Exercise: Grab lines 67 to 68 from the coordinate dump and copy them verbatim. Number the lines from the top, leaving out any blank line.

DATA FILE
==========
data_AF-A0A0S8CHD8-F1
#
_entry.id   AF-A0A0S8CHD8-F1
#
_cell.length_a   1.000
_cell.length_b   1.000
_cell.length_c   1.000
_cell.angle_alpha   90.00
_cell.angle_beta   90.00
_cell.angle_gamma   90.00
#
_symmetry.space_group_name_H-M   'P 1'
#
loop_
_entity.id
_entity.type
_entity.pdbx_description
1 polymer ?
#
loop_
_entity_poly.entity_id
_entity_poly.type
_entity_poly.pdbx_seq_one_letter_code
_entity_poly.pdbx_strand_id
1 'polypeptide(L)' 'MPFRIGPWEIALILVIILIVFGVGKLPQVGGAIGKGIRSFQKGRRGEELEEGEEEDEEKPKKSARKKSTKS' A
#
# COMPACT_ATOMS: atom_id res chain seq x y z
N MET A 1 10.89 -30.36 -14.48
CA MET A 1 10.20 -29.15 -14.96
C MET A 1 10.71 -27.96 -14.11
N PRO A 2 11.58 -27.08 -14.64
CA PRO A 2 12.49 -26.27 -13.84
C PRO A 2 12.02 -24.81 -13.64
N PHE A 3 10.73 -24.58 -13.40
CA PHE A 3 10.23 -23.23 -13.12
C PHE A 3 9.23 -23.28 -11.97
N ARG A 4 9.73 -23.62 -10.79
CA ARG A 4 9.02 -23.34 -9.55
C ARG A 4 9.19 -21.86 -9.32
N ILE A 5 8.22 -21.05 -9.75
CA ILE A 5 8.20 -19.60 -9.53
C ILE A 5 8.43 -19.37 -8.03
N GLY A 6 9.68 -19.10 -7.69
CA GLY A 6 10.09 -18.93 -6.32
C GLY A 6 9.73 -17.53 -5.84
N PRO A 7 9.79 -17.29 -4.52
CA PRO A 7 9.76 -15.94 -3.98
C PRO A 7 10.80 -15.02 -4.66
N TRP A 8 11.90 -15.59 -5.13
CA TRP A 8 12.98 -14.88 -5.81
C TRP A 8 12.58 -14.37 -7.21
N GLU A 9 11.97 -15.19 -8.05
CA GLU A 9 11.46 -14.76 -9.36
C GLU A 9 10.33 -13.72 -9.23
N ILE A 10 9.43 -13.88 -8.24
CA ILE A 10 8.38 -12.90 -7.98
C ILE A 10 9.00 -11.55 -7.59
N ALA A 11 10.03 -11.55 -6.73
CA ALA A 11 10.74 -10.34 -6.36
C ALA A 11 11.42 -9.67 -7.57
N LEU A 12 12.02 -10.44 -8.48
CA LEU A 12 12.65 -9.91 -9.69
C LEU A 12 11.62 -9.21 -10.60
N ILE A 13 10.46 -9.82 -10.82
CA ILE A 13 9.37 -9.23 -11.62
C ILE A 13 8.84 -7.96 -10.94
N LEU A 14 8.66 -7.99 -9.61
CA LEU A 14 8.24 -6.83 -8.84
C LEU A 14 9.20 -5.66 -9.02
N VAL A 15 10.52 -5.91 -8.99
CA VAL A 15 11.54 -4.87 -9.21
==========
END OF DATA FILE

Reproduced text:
N LEU A 14 8.66 -7.99 -9.61
CA LEU A 14 8.24 -6.83 -8.84